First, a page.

The opposite of love is not hate. The opposite of love is indifference. When I first heard that, it boggled my mind. How can that be, I wondered?
But then I understood: Love and hate are both about vigorous emotion. Passion. You can passionately love something. And you can passionately hate something. Those two things are about intense emotion. That's the same thing.
What about when you have no feelings for something at all? When you just don't care about something or have no interest in being bothered by it? Yeah, apathy is the opposite of caring.
The opposite of love is not hate. The opposite of love is indifference.
Last evening, at our Book Talk, we had a thoughtful and invigorating conversation about some of the Key Concepts conveyed in the book we're reading, The 4 Stages of Psychological Safety. One such concept is, "Being ignored is often as painful as being rejected." This reminds me of one of the painful outcomes of being on the playground. Not skinning my knee or being bopped in the face with a dodge ball, but being ignored. Not chosen.
It got me thinking about the ways we can be ignored at work. We're ignored when people don't talk to us. That is, I guess, the most obvious example.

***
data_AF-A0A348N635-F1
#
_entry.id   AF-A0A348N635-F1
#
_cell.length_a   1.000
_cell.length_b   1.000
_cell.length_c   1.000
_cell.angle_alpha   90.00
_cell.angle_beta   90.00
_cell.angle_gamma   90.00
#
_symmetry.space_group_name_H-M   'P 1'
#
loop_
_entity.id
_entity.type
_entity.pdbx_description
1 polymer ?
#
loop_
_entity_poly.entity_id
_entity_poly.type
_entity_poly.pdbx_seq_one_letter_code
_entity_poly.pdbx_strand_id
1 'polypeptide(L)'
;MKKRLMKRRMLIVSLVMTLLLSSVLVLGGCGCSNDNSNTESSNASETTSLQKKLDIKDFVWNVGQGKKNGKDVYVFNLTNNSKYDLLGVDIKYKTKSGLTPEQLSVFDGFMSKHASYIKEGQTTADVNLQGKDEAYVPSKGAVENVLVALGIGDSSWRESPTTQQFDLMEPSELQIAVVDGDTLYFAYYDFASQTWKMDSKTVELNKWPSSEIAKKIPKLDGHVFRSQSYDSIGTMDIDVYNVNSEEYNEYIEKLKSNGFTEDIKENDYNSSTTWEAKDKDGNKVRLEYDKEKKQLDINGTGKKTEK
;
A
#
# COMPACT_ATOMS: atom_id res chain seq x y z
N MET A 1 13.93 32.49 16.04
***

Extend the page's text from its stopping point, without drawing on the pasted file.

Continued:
We're ignored when we're not invited to participate in activities. We're ignored if we're not included in projects. We're ignored when our efforts go unrecognized. We're ignored when our contributions are attributed (or stolen) by someone else.
We're ignored when the culture ("the way we do things around here") doesn't support us. We're ignored when the policies don't work for us -- or when abiding by the rules makes life difficult for us. We're ignored when our company's benefits are meaningless to us.
As leaders and managers, we need to look around at our people and see who we may be ignoring. The most progressive employers among us profess to care about our people -- to "love" our people. But do we? Do we really?
If we're actually ignoring them, we might as well be rejecting them. The experience is just as painful.
Let's do better. And let's quit blaming the people.